The Change-Up

3 Sep

Title: The Change-Up
David Dobkin
Writers: Jon Lucas and Scott Moore
Ryan Reynolds, Jason Bateman, Leslie Mann, Olivia Wilde, Alan Arkin
MPAA Rating: 
R, pervasive strong crude sexual content and language, some graphic nudity and drug use
112 min
Major Awards: –

IMDb Rating: 
Rotten Tomatoes: 


When promoting The Change-Up, Jason Bateman and Ryan Reynolds (two very likable guys) did something I thought was very smart and that actually got me amped up to see the movie, whether it was in promotional appearances on talkshows or in a funny viral video they did, they said something like “Yes, another body swap movie”, rightly acknowledging that there have been too many of those already, but saying that they wouldn’t be making this one if they didn’t had anything new to add to the worn-out formula. They argued that there hadn’t really been an R-rated comedy version of the body swap movie, and I guess they were probably right, and, you know what, considering it came from these two, it got to the point in which I actually kind of wanted to see this film.

If you looked at the pieces this film had assembled, then you could make a pretty solid case for feeling like I did about wanting to see this one. The director was David Dobkin, who hasn’t done a film since 2007’s quite bad Fred Claus, but who’s also the guy responsible for the terrific Wedding Crashers, the writers were Jon Lucas and Scott Moore, the guys who wrote The Hangover (and not it’s far less awesome sequel), and the cast had the aforementioned twosome as the leads, and rounded up its supporting players with the likes of the awesome Alan Arkin and Leslie Mann, who’s a huge favorite of mine and should be one of yours, too. So yeah, it may be a body swap movie, but it was coming from the director of the third highest-grossing R-rated comedy of all-time and the writers of the movie that holds the first place in that ranking (the aforementioned far less awesome sequel is the one currently at second place), and it had a cast full of very likable and dependable people, so I think I was well within my rights to be hopeful about this one.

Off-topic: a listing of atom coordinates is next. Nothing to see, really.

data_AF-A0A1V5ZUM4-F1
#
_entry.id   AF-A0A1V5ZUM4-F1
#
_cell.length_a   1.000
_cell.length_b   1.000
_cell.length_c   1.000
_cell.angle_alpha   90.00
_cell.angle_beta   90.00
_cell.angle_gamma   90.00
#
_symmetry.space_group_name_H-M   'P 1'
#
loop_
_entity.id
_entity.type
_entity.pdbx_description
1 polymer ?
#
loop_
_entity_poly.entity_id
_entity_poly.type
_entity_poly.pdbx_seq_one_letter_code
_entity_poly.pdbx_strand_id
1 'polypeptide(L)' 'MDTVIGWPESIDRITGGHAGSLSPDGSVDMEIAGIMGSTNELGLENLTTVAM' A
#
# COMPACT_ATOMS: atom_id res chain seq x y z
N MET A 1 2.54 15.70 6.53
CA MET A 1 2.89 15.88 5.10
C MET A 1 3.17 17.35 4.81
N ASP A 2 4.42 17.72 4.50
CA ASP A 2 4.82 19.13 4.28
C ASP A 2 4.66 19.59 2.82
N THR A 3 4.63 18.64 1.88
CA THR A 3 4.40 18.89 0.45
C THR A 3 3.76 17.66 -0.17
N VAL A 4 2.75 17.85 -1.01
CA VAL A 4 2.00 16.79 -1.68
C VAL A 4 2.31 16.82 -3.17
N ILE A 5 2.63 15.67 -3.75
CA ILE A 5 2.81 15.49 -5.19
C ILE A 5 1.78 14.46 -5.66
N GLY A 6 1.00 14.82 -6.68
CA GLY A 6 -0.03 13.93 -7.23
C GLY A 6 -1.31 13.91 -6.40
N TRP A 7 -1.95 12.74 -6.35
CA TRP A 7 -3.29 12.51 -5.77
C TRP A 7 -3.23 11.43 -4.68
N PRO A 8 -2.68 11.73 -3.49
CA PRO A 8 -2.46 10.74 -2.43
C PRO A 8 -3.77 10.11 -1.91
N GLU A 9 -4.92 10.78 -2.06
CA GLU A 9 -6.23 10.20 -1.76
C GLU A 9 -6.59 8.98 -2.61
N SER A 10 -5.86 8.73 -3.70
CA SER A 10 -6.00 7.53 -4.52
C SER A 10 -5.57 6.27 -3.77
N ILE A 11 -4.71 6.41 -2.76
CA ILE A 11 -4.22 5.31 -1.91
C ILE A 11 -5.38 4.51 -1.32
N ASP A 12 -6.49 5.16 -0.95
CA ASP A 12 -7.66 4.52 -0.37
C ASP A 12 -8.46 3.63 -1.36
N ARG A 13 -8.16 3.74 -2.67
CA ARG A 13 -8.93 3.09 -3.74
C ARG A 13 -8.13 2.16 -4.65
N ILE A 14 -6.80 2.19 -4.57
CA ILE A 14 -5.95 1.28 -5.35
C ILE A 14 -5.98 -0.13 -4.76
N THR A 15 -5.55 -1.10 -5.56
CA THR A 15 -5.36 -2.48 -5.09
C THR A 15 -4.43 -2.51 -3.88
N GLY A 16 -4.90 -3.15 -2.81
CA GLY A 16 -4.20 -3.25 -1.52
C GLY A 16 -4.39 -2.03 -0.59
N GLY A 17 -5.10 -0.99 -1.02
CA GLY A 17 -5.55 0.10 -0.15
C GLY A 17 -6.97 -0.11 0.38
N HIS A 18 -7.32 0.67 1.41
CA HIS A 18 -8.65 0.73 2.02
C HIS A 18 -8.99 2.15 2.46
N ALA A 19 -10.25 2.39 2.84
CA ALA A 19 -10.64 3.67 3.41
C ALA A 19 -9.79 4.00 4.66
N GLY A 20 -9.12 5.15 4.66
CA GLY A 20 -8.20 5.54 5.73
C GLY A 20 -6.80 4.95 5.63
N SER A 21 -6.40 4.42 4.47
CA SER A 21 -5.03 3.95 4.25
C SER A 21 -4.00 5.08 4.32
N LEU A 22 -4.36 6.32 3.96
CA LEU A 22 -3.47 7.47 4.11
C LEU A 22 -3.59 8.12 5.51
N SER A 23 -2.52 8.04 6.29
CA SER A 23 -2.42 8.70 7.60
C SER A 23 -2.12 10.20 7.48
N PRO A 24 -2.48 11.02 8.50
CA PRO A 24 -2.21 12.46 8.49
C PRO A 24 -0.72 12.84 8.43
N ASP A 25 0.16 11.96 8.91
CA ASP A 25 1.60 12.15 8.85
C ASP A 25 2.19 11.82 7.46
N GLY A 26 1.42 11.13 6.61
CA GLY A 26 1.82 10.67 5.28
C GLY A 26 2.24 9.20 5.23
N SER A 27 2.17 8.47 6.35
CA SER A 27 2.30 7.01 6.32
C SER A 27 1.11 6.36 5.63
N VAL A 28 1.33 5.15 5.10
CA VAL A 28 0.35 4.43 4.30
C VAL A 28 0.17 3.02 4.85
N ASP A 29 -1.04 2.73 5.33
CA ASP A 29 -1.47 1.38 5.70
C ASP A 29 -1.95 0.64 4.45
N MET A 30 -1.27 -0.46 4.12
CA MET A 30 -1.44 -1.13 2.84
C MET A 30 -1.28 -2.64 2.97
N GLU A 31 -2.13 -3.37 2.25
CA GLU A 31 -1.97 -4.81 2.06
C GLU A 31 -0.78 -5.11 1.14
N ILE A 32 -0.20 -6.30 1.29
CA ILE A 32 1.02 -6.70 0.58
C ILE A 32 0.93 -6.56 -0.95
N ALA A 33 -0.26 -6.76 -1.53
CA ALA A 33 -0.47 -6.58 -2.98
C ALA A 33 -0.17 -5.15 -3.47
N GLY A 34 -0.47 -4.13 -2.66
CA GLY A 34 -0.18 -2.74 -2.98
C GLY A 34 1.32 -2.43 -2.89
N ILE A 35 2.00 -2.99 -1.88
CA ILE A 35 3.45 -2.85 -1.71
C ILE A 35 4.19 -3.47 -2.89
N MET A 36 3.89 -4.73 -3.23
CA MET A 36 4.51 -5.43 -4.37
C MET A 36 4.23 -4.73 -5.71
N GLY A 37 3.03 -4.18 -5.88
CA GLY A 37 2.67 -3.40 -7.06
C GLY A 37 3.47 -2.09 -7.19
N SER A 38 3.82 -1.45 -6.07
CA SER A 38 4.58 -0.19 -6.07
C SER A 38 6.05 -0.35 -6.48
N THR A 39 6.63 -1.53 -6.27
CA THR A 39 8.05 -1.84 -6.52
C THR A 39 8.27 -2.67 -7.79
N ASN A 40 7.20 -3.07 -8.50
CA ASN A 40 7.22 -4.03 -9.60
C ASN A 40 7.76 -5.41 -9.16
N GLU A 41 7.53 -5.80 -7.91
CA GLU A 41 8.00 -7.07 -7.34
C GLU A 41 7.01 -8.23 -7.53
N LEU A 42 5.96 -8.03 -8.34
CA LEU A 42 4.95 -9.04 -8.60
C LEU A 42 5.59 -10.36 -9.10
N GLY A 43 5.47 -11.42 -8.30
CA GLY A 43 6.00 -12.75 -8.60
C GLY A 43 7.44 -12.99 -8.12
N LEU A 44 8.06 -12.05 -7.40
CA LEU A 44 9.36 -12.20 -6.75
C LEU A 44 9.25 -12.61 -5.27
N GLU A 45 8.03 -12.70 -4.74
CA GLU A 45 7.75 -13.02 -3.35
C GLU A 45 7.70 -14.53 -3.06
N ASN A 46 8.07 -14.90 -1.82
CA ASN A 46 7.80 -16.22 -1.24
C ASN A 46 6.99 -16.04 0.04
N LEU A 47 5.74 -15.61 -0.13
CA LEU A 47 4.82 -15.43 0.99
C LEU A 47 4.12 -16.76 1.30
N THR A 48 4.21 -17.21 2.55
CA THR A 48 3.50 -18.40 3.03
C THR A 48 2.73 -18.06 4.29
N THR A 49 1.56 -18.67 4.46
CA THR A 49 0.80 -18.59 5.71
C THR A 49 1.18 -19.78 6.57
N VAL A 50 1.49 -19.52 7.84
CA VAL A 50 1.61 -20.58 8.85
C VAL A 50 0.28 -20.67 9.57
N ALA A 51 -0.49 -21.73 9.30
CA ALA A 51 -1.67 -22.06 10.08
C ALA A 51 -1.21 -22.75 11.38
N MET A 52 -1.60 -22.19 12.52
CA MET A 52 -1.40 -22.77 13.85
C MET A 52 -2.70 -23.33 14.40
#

And I may have been well within my rights, but after spending two hours watching this film I discovered I should have listened to my initial gut feeling and not gotten my hopes up, because The Change-Up really had one of those horribly formulaic plots, and yes, there was the R-rated element that was new to these body swap films, but it wasn’t executed the right way at all, there was a lot of crude humor but not one bit of it was smartly done. Instead I got the feeling that it was done pretty much only to be able to call this film an R-rated body swap movie and earn it some sort of differentiation for it. And, sure, it’s actually quite fun at times to see Jason Bateman act like Ryan Reynolds, and vice versa, but those amusing moments are few and far between, and their certainly not enough to carry the film by themselves.

The two guys that swap bodies in this film are Mitch and Dave, two guys who have shared a solid bromance since the third grade but whose lives couldn’t really be any more different. Dave is a dad to three, a workaholic lawyer with a high-strung wife, played by Ms. Mann, that goes well with his own uptight personality. Mitch, on the other hand, is his eternal bachelor best bud, though written a bit too much as a caricature in this film, a guy who’s just way too infantile and who apparently doesn’t realize exactly how some of the stuff he says to women sounds. And that, I think, is a problem that’s evident all over The Change-Up, that it doesn’t realize just how childishly rude it can sometimes get, it’s just horribly obscene and foul-mouthed, at times creepy and pretty much always insulting to our intelligence as an audience. And it’s not like I have something against rude and foul-mouthed humor, I happen to love it actually, it’s just that when it’s used as cheaply as it is here it’s painful to see, it makes you miss that other R-rated comedy with Mr. Bateman from this year, the hilarious Horrible Bosses.

Anyways, Mitch and Dave will one night find themselves drunkenly telling each other about their stupid miseries and wishing they had each others lives. And of course that because they did all of this while pissing into a fountain their wishes will come true when they wake up next morning. And I won’t really get into what they do when they’re in the other guy’s body, because no situation is really specifically worth remembering or all that great, the movie just makes the characters sort of dumb from this point forth, and it’s not really worth your time, though Ms. Mann sure tries her best for it to be. They will try to convince Jamie, the wife, about who they are but that won’t work, and they will be forced to try and live out their situation, and we’ll find out that Mitch deep down always wanted Jamie so he’ll be tempted to go for it while in Dave’s body, and that’s pretty much the most compelling question The Change-Up allows itself to ask. And yes, I know, it’s not really compelling at all. That’s how it all pretty much goes in this film.

Grade: C


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